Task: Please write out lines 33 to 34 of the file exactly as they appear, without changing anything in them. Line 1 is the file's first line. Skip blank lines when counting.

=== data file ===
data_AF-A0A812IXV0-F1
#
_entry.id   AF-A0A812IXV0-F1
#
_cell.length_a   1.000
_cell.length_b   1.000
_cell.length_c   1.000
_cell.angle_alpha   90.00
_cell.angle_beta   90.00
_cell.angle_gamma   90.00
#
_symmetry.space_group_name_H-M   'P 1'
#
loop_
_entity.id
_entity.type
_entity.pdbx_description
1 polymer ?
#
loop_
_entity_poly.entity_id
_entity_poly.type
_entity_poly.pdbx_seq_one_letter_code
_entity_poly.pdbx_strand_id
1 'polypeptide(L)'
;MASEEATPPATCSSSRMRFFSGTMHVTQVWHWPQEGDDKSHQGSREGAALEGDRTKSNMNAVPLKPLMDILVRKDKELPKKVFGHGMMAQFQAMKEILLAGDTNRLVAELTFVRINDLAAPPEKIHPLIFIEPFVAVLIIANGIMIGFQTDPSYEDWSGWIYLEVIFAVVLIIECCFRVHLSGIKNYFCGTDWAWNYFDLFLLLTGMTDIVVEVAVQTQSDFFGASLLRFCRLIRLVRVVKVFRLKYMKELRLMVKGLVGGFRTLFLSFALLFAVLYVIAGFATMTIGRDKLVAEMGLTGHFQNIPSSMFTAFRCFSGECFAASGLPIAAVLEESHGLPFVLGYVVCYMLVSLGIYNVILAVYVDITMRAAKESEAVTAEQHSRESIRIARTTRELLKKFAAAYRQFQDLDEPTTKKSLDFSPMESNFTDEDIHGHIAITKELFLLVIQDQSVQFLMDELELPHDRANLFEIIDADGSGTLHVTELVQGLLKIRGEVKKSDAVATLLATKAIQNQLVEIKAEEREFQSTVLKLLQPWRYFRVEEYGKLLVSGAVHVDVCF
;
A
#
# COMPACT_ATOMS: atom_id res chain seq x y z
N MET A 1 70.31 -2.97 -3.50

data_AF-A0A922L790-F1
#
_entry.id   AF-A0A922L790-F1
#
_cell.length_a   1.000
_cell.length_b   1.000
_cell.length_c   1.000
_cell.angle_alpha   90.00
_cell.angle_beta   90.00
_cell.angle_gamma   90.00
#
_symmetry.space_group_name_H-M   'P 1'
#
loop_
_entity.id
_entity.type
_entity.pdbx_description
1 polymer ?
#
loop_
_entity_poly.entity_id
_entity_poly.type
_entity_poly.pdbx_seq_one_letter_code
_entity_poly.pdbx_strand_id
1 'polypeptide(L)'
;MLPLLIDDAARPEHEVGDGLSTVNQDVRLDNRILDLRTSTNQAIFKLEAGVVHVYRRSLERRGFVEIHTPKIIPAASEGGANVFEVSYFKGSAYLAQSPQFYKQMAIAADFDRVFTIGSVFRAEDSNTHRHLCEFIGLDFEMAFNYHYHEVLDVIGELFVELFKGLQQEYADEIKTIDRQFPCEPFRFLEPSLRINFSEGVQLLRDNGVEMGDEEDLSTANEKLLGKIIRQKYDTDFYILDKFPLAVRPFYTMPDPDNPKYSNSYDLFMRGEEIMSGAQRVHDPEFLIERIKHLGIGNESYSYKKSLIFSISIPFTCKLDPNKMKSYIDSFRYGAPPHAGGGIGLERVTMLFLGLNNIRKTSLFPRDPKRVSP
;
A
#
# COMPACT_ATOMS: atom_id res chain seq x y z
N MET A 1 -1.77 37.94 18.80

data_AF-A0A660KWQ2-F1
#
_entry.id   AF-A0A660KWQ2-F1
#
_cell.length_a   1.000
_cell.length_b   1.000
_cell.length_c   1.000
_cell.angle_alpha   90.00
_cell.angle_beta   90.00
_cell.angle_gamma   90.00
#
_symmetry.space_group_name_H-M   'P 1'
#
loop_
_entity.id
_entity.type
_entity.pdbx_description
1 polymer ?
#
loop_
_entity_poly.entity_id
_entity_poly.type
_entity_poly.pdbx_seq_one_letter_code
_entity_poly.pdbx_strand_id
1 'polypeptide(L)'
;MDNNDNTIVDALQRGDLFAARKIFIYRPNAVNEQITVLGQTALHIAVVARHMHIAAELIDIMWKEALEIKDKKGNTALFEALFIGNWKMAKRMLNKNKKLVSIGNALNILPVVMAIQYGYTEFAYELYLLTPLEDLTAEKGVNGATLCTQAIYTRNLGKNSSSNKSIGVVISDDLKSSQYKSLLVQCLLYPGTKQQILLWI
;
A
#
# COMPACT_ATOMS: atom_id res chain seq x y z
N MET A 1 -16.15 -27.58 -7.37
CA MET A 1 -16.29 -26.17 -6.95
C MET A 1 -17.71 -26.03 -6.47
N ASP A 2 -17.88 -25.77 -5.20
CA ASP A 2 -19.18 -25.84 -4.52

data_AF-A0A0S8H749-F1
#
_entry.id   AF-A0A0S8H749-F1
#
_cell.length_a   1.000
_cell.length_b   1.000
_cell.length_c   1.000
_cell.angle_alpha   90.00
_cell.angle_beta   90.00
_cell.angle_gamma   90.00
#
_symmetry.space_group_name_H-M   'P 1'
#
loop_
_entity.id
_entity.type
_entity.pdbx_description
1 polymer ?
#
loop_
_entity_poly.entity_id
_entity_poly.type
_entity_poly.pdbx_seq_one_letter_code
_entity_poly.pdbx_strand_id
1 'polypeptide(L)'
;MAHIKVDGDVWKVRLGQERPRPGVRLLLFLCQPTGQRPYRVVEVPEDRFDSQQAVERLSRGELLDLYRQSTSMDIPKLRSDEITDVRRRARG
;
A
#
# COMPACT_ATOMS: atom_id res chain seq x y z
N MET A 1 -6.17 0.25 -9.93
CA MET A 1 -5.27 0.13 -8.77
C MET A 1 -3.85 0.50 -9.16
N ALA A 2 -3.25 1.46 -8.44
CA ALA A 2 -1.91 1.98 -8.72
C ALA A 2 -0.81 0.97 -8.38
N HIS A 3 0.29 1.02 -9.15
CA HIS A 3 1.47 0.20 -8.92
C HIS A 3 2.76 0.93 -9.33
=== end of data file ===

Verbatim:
#
_entry.id   AF-A0A922L790-F1